The Manufacturing Executive
The Manufacturing Executive

Episode · 1 year ago

Industry 4.0 is now Industry 4.5 w/ Justin Goldston


Artificial intelligence...machine transformation. All buzzwords marking the transition from Industry 4.0 to Industry 4.5.  

In this episode of the podcast, I talk with someone who's right in the middle of it all.

Justin Goldston, PhD is a professor of project and supply chain management at Penn State University. He works closely with the Penn State Sustainability Institute to blend technology into organizational sustainability efforts.


Justin and I discussed:

  1. What we mean by Industry 4.5
  2. How new technology will impact the workforce in manufacturing
  3. Should we worry about new tech or embrace it?

...Where to go to learn more

To ensure that you never miss an episode of The Manufacturing Show, subscribe on Apple Podcasts, or Spotify, or here.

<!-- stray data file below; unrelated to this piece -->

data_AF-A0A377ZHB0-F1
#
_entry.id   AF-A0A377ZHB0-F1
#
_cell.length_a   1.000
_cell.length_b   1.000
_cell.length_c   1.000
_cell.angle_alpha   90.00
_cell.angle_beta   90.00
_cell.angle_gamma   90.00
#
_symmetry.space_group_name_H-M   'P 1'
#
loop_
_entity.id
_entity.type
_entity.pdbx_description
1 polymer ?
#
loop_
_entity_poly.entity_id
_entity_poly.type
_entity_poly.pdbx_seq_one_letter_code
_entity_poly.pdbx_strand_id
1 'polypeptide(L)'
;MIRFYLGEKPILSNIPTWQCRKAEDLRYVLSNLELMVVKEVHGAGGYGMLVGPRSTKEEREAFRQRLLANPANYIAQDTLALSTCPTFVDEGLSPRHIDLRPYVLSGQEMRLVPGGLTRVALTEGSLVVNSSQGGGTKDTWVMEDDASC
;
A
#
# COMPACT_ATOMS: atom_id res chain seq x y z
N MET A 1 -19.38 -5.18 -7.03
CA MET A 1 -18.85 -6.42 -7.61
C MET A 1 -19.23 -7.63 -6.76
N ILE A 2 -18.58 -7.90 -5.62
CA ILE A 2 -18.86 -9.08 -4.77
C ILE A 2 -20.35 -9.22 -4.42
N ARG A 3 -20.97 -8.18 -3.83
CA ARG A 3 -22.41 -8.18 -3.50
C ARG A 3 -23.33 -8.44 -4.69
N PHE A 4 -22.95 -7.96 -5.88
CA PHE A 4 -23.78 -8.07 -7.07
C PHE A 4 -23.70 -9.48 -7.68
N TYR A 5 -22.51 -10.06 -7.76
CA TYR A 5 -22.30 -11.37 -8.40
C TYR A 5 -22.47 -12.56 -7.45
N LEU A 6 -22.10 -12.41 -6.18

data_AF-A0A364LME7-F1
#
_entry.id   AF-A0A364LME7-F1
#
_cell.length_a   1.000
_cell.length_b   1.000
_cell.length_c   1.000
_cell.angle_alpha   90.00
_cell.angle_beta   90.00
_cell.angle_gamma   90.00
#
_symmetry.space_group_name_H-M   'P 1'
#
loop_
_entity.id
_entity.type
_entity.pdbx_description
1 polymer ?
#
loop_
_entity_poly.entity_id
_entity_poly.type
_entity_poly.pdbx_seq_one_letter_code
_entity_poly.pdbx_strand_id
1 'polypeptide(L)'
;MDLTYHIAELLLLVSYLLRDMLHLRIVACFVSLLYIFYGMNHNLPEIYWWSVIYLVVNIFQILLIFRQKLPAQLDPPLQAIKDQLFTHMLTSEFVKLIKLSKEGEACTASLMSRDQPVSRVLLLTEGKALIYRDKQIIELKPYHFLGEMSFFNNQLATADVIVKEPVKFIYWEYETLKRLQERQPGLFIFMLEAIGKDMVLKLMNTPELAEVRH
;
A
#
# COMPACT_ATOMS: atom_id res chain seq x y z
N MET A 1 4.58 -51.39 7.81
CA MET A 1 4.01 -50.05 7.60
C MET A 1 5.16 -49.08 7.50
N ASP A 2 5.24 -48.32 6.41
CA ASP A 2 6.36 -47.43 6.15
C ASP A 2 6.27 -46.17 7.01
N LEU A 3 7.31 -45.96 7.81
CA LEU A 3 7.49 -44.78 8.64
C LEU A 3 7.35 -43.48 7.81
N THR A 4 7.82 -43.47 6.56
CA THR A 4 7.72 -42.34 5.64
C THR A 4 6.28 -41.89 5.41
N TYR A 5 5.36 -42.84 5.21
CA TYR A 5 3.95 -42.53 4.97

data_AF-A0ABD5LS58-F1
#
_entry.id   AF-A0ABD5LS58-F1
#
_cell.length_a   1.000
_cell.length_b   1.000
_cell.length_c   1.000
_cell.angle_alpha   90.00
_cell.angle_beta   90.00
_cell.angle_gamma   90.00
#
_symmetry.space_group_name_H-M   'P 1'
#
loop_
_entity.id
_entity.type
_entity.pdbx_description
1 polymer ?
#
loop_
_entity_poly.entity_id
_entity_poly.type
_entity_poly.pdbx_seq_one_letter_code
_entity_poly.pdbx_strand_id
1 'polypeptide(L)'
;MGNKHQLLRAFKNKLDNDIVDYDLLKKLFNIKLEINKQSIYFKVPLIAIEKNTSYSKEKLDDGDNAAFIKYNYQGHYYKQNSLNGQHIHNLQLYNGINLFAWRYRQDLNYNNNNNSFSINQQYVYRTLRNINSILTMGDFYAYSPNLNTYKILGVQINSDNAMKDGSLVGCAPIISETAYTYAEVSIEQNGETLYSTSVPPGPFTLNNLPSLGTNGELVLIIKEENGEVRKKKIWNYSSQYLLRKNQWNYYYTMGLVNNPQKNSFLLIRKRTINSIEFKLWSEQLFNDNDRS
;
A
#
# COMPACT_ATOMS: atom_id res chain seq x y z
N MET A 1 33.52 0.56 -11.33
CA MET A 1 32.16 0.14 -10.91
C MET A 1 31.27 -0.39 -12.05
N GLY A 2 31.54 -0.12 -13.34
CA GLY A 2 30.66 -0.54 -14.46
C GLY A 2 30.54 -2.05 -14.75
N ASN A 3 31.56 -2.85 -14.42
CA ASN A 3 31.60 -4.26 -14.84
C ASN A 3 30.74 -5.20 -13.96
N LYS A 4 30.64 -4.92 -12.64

Once we have had the industry wideadoption of artificial intelligence and machine learning which we're seeing nowand if you don't adopt that solution, you're going to get left behind, in myopinion, welcome to the manufacturing executivepodcast, where we explore the strategies and experiences that aredriving midsize manufacturers. FLORAD here you'll discover new insights frompassionate manufacturing leagers, who have compelling stories to share abouttheir successes and struggles and youill learn from btob sales andmarketing experts about how to apply actionable business developmentstrategies inside your business. Let's get into the show artificial intelligence, machinelearning, blockchain, digital transformation, industry, four point Ou-or maybe I should say industry four point: Five, so many buzzwords so muchemerging technology and for many so much overwhelm today. I'm talking withsomeone who's right in the middle of it all Justin Goldston PhD is a professorof project and supply chain management at pennstate university, where he worksclosely with the Penn State Sustainability Institute to BlendTechnology into organizational sustainability efforts. Dr Goldson hasover twenty years of experience, working with organizations worldwide onbusiness performance, improvement, organizational change and enterprise,wide digital transformation initiatives, he's the author of multiple perreviewed journal Articles on supply, chain management and emergingtechnologies, of critical success factors in ERP implementations and is afivetime TEDEX Speaker, Dr Goldston, has led and assisted in the developmentof Suppli, Jane Management, sustainability and business analyticsprograms at Georgetown University, Texas, Anm University, the IUBHUniversity of Applied Sciences in Germany and North Carolina. Wesleancollege he's also an executive on the...